Prosecutors Reflect on Former Casper Doctor Kahn’s ‘Continuing Criminal Enterprise’
It wasn't enough to accuse former Casper Dr. Shakeel Kahn of conspiracy to distribute oxycodone and other pain medicines, including a distribution that caused the death of an Arizona woman, federal prosecutors said Friday after a jury found him guilty of that and other crimes.
Kahn ran what federal law calls a "continuing criminal enterprise" in part because of its wide ranging scope, they said.
Assistant U.S. Attorneys Stephanie Sprecher and David Kubichek held a press conference at the Cheney Federal Building to sum their work, talk about what's next in the sentencing phase, and explain the continuing criminal enterprise count that carries a mandatory minimum sentence of 20 years imprisonment.
"His drugs were prolific," lead prosecutor Sprecher said. "They went from the east coast all the way over to the west coast," she said, referring to testimony from former patients from Massachusetts to the Pacific Northwest.
Kahn wasn't just a doctor who happened to take an aggressive approach to treating pain management with high amounts and doses despite his testimony, Kubichek said.
"The evidence showed that was his business," he said. "It wasn't about practicing medicine; it was his pricing structure which I think was most illustrative of this. You paid a particular price for X quantities of your drug of choice, and you paid 2-X if you wanted twice that amount."
Some patients paid $500 in cash for an office visit and a prescription once a month. Some paid $1,650 for visits and prescriptions for much larger amounts and much higher doses. Some prescriptions were for as much as 780 pills of 30 mg each, according to court testimony and exhibits. The street price of such a prescription, at $1 per milligram, would be $23,400.
That's not how most doctors bill their services, Kubichek said. "But it is, however, every one of our meth dealers bills his product."
The continuing criminal enterprise charge required proof that Kahn was working with five or more people, proof he carried out three or more violations of the Controlled Substances Act, and that he obtained substantial resources from that activity.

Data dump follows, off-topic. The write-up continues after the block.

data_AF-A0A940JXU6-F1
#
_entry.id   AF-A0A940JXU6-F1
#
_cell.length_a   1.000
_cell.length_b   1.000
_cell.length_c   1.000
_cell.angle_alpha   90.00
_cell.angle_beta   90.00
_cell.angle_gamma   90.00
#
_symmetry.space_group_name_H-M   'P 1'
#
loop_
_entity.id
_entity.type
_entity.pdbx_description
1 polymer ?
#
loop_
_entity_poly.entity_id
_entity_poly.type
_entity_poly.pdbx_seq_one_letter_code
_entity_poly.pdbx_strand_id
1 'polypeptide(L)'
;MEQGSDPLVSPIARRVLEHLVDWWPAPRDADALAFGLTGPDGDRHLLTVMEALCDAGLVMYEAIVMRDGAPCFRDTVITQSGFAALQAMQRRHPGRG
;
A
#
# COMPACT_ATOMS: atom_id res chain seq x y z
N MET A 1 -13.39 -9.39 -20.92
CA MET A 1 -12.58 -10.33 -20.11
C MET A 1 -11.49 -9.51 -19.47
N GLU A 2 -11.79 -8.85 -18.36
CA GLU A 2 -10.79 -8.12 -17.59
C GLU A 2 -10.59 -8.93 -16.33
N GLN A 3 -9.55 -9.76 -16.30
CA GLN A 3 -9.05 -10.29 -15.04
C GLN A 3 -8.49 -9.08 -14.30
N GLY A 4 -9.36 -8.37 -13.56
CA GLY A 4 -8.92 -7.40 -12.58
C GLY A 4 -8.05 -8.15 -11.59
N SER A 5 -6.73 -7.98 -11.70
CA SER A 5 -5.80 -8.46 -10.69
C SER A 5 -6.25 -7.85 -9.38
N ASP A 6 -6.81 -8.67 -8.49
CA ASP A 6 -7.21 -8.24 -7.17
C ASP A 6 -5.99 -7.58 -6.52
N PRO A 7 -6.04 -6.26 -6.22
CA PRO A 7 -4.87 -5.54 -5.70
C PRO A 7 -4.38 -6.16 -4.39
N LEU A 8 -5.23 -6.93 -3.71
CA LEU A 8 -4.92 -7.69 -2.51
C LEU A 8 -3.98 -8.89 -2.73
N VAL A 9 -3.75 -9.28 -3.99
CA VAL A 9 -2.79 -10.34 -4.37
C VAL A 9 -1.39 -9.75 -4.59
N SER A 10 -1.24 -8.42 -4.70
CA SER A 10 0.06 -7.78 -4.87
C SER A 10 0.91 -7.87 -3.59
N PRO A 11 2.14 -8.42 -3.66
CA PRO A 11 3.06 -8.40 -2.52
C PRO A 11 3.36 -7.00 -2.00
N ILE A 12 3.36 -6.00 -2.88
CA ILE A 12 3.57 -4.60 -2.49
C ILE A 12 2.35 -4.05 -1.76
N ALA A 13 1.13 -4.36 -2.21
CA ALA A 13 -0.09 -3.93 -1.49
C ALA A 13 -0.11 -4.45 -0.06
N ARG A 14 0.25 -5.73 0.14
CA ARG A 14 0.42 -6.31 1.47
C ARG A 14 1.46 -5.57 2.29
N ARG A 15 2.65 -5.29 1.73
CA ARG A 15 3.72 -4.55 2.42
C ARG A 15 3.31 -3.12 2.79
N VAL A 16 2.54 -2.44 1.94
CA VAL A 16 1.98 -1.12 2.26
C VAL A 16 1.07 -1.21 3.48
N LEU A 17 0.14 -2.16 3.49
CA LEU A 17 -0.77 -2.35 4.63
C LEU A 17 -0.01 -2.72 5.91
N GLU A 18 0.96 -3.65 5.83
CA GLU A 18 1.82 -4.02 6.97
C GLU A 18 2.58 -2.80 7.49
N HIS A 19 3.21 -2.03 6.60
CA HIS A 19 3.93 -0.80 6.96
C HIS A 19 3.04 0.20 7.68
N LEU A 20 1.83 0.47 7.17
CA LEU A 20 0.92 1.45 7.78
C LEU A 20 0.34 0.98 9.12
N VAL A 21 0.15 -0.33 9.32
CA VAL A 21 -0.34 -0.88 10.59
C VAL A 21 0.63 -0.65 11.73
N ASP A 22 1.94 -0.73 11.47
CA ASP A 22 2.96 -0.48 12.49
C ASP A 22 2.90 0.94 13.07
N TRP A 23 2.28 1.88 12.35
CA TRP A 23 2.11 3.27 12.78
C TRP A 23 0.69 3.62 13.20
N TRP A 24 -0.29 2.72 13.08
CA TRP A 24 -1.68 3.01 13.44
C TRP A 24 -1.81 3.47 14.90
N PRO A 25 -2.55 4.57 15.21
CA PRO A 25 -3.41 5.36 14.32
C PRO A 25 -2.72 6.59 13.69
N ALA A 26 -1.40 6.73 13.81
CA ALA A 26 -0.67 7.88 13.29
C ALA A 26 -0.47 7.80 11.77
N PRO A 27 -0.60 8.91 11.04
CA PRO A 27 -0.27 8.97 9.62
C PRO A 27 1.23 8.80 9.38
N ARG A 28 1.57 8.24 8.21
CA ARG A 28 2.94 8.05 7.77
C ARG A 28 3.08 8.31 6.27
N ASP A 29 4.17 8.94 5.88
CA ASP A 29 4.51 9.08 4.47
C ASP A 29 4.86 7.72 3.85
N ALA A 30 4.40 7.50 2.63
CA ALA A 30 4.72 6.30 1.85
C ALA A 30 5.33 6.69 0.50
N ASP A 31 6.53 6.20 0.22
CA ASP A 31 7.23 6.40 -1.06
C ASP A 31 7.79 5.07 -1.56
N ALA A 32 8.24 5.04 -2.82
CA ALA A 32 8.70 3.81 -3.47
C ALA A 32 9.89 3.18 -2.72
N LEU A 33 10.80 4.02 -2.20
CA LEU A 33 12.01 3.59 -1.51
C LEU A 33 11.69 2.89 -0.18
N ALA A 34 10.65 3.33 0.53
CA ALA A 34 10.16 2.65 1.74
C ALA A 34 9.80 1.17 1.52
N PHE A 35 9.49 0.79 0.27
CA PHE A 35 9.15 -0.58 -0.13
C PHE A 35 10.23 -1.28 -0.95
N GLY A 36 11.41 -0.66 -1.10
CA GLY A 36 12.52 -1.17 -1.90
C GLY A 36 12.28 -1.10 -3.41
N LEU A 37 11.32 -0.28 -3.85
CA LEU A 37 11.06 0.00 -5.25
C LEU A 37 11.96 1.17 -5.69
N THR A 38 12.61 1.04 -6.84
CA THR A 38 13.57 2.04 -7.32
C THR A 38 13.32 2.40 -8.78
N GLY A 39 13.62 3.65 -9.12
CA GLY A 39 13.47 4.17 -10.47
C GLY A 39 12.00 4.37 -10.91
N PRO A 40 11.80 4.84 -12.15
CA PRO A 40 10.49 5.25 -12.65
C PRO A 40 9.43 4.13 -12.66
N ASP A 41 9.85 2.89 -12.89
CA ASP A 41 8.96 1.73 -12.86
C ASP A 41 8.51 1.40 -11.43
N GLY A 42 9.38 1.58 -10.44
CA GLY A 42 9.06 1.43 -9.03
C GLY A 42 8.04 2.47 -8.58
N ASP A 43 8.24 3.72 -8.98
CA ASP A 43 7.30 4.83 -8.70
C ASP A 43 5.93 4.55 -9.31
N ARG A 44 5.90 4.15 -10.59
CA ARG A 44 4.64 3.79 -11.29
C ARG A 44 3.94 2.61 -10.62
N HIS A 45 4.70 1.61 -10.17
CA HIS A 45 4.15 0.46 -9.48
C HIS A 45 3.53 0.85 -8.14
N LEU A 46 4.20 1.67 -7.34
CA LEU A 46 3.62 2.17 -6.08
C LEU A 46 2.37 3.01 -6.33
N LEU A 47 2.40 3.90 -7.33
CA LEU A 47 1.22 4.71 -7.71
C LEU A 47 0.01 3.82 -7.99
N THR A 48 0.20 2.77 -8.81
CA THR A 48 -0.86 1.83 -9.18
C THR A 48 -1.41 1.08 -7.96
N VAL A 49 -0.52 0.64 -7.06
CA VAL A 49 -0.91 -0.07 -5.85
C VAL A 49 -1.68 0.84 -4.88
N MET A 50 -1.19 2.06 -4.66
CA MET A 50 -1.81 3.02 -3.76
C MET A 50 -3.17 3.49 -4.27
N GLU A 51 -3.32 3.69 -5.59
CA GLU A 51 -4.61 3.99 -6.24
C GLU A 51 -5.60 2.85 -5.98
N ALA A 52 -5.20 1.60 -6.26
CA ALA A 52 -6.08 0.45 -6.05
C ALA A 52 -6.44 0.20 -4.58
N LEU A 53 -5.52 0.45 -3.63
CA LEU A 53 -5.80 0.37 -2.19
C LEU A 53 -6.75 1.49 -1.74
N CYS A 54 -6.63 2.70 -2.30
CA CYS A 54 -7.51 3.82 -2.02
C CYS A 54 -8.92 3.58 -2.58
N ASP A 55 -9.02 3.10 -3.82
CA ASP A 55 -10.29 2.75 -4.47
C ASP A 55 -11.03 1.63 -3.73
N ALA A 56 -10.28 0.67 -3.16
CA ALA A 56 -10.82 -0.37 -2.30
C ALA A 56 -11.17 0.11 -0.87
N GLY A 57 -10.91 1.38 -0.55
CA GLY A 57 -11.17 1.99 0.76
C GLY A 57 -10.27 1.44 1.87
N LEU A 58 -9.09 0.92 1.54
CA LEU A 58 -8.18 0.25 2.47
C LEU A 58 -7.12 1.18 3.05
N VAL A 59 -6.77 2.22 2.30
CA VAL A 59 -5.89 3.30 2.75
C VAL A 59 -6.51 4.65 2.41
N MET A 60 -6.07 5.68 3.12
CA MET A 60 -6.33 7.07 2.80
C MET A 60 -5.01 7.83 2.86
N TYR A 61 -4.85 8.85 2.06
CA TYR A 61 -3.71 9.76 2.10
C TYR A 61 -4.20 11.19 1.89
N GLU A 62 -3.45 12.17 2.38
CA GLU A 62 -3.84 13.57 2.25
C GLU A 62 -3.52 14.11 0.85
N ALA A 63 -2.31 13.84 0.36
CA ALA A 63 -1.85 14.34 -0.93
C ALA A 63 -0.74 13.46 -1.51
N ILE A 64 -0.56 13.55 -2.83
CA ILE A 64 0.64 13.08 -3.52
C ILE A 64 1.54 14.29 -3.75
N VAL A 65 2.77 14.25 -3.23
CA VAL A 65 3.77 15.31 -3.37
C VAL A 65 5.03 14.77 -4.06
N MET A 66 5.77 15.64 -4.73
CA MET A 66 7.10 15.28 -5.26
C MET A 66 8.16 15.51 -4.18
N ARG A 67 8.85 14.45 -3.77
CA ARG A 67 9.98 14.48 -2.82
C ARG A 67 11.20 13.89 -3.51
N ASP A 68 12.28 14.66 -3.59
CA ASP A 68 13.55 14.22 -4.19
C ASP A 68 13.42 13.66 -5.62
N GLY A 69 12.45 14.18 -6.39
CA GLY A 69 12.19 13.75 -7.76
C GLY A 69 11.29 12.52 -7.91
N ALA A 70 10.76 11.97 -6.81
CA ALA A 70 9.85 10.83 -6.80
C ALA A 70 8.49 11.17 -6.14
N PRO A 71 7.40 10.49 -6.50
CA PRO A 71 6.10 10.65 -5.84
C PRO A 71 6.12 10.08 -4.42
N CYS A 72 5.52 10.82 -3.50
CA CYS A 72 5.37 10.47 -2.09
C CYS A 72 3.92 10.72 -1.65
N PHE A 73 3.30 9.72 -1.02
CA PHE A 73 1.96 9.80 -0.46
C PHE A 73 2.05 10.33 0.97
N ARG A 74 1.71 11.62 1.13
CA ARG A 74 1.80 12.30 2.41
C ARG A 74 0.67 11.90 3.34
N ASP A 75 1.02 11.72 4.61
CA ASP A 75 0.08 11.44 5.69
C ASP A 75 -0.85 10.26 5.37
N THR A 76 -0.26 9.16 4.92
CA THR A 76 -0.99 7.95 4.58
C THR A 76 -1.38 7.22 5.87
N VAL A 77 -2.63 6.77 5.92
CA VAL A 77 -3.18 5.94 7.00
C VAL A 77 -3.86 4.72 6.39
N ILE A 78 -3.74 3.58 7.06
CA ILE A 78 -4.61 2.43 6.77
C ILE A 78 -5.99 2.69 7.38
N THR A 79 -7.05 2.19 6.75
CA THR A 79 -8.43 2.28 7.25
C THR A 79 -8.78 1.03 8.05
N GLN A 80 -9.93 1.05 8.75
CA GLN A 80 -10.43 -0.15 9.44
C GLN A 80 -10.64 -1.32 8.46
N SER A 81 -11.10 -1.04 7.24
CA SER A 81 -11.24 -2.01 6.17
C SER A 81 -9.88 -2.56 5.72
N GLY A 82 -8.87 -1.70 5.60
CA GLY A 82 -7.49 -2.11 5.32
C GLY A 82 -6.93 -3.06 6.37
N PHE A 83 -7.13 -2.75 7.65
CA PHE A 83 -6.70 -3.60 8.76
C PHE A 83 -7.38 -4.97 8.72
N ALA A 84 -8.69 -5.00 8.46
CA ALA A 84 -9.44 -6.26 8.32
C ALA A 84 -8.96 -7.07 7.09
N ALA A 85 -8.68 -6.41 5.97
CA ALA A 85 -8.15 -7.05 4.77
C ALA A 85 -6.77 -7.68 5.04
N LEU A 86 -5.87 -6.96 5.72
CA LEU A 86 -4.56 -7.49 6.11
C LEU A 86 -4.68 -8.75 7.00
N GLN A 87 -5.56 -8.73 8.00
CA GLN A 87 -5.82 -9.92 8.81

"In many respects, putting aside characterizations of Al Capone and all of that, this guy's indictment and the evidence showed that he is kind of the picture in the dictionary for this," Kubichek said.
"We got convictions on a dozen, dozen-and-a-half violations of the Controlled Substances Act," he said. "There was no question that he made substantial resources, and the jury was able to find, and I think we were able to prove that he was acting in concert with several other individuals including his wife and Nabeel Kahn and several of the other people who testified."
Friday morning, the five-man seven-woman jury found Kahn guilty on all 21 counts against him in the 23-count indictment, including conspiracy to distribute oxycodone and other drugs that led to the death of Arizona resident Jessica Burch in 2015.
The other convictions were for groups of crimes: dispensing of oxycodone; possession with intent to distribute oxycodone and aid and abet; unlawful use of a communication facility; dispensing of oxycodone and aid and abet; and engaging monetary transactions derived from specified unlawful activity.
The distribution-resulting-death conviction carries a 20-year to life imprisonment sentence The possession of a firearm during a drug-trafficking crime, which carries an automatic consecutive sentence of five years imprisonment.
Nabeel Kahn was convicted of the conspiracy count, but not the enhanced aspect of conspiracy to distribute the drugs resulting in death. The jury also convicted Nabeel Kahn of brandishing a firearm during a federal drug-trafficking crime, which carries an automatic consecutive sentence of seven years imprisonment.
Three other defendants -- Shakeel Kahn's wife Lyn, Shawnna Thacker and Paul Beland -- pleaded guilty to various crimes in the conspiracy. In exchange for their pleas, they agreed to testify on behalf of the prosecution.
With the trial over, the sentencing phase has begun, Kubichek and Sprecher said.
U.S. District Court Judge Alan Johnson has set the sentencing dates for the Kahns for Aug. 1.
During the press conference, Sprecher said the judge knows what the law says, but he is obligated to receive pre-sentence reports containing thorough background investigations of the defendants. Besides the criminal history, the reports will include family history, mental health history, education history and other factors, she said.
The federal justice system has sentencing guidelines about the crimes, aggravating or mitigating circumstances and other issues, Sprecher said. The judge can then go above or below the recommendations of the guidelines, she said. "It's totally discretionary."
Kubichek added that the judge cannot go below the mandatory minimum sentences in the laws. Johnson will have to honor the 20-year minimum for the continuing criminal enterprise and the five-year minimum for the firearm charge, he said.